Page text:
DATAMATH CALCULATOR MUSEUM
|Date of introduction:||January, 1979||Display technology:||LCD|
|New price:||$23.00||Display size:||8|
|Size:||2.1" x 3.4" x 0.10"|
|Weight:||1.3 ounces||Serial No:|
|Batteries:||CR2016||Date of manufacture:||mth 03 year 1979|
|AC-Adapter:||Origin of manufacture:||Japan|
|Precision:||8||Integrated circuits:||Toshiba T3867S|
|Program steps:||Courtesy of:||Joerg Woerner|
Canon entered with the Palmtronic LC already in 1976 the market of LCD calculators and was about 6 month ahead the first Texas Instruments TI-1750.
In the three years between the original Palmtronic LC-1 and this beautiful LC-7 we noticed some improvements in miniaturization:
|LC-5||1977||CR2025||0.15"||1.7 ounces||Thin rigid|
|LC-6||1978||CR2025||0.15"||1.1 ounces||Thin rigid|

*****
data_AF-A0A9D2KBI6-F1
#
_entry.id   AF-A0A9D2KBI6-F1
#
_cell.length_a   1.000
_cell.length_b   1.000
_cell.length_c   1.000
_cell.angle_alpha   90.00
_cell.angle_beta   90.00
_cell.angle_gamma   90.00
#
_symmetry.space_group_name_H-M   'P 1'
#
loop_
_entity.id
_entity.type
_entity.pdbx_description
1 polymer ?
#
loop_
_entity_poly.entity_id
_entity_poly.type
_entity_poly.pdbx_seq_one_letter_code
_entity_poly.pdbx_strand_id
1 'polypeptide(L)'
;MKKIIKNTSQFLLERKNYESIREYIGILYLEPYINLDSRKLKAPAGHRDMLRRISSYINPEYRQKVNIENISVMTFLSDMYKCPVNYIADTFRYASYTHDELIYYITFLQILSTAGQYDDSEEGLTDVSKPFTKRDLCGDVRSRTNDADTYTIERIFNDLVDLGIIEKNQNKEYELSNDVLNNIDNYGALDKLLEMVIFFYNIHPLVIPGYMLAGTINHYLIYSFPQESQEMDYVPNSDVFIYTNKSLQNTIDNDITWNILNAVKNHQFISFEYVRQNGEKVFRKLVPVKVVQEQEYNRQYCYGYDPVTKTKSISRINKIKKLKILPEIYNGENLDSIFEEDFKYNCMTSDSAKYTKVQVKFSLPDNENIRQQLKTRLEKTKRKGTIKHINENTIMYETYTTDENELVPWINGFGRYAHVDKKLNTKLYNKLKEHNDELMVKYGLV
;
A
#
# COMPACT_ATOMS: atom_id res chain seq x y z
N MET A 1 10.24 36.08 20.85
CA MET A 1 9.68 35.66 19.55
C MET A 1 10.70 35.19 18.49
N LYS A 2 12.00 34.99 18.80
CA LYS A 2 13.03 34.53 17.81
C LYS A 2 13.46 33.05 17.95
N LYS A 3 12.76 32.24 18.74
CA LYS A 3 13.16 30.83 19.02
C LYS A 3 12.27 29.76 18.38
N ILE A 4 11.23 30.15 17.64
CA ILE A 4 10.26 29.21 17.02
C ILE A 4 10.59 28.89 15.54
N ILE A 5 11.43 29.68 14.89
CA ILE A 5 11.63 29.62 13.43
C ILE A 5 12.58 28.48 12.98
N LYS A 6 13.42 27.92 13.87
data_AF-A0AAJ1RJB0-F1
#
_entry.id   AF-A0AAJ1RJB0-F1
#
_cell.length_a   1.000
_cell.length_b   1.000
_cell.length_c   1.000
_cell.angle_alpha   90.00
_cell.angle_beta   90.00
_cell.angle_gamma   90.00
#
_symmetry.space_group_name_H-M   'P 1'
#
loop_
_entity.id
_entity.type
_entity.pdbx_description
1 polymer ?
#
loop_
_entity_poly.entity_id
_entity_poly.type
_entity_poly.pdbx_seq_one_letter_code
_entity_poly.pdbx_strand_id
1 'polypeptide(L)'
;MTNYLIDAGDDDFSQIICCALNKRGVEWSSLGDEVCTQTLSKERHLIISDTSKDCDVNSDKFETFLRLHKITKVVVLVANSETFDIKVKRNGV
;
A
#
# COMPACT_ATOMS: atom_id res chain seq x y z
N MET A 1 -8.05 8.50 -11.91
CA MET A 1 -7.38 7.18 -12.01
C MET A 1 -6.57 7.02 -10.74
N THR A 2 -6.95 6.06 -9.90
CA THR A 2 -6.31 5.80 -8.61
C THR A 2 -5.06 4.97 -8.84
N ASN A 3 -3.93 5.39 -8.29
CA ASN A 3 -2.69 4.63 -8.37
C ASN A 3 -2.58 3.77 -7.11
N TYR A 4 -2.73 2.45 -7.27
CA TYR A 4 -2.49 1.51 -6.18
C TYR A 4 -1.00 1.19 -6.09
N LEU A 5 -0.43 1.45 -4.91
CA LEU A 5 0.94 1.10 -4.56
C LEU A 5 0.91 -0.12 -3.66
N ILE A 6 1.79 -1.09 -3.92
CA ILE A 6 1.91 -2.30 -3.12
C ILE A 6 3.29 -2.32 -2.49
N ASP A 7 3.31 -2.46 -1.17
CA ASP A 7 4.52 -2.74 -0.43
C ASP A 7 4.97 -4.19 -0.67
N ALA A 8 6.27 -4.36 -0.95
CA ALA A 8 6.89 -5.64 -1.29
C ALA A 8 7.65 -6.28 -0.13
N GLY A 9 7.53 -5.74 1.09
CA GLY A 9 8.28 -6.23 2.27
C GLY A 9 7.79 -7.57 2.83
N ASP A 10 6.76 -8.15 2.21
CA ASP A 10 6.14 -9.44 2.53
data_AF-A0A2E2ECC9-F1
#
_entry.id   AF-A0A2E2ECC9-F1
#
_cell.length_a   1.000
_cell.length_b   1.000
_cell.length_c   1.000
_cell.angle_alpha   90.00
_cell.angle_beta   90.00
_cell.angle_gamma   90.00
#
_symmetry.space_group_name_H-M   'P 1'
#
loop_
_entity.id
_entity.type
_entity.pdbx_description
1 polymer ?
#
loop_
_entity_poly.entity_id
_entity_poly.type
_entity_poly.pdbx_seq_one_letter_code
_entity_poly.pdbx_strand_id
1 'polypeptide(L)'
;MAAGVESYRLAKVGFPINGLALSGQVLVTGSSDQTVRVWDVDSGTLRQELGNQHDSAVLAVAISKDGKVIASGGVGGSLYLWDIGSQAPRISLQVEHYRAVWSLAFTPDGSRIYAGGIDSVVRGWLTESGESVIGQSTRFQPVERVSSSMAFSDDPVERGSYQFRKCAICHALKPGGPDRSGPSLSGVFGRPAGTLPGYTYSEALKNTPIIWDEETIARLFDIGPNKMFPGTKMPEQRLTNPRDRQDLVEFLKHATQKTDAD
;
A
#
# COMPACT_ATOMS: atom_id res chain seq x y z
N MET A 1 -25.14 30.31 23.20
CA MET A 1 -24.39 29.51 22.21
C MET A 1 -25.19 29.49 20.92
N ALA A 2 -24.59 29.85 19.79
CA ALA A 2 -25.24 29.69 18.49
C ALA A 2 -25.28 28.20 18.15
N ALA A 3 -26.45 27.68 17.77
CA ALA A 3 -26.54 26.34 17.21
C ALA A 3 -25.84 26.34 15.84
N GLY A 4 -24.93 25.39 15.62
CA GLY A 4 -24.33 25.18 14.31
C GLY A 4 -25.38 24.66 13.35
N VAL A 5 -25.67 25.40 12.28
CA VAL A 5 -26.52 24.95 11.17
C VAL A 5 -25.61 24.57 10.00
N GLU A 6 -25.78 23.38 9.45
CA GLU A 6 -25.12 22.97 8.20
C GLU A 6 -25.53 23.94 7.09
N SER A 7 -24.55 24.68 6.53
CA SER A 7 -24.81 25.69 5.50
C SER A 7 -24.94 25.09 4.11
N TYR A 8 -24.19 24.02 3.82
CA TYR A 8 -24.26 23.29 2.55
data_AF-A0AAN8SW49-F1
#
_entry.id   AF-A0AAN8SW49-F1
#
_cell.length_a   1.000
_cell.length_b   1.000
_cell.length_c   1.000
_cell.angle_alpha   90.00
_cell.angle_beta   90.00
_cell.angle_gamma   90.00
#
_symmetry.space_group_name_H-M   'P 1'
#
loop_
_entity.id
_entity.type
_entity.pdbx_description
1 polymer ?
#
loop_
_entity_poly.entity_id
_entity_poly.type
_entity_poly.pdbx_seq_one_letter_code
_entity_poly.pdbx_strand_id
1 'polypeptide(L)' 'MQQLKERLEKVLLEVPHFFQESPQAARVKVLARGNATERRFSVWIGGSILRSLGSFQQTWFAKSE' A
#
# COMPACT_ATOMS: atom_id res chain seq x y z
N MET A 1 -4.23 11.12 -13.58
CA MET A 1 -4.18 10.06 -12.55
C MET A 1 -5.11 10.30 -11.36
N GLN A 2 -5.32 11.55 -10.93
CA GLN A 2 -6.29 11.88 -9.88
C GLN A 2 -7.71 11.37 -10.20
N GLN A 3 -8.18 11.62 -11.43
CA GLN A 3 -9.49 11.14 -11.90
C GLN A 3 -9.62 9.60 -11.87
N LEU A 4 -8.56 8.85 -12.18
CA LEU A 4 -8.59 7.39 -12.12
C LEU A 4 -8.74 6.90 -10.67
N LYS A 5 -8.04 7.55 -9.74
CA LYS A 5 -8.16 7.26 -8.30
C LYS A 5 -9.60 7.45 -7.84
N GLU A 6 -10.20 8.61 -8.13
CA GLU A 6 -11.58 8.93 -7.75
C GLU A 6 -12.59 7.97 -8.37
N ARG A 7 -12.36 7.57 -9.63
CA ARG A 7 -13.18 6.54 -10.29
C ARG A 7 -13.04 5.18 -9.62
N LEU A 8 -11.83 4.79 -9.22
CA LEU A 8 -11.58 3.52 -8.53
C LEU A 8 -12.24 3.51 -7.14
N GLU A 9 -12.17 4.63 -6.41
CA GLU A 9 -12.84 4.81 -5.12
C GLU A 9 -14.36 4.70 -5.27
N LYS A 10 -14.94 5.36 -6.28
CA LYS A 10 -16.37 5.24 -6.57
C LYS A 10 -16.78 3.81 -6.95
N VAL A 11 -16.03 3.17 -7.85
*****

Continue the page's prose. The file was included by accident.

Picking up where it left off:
beautiful Palmtronic LC-7 gives once again easy access to the coin shaped
battery through a front door.
The printed circuit board (PCB) of the Palmtronic LC-7 makes use of the Toshiba T3867S single-chip calculator circuit soldered onto a flexible printed circuit board.
About 4 years later credit card sized calculators used solar cells instead of the battery and were glued together to a thin sandwich. Find a typical product with the Canon LS-704.
Don't miss the Casio FIML CARD SL-800,
a real credit card sized calculator with a thickness of only 0.030".
If you have additions to the above article please email: firstname.lastname@example.org.
© Joerg Woerner, February 28, 2004. No reprints without written permission.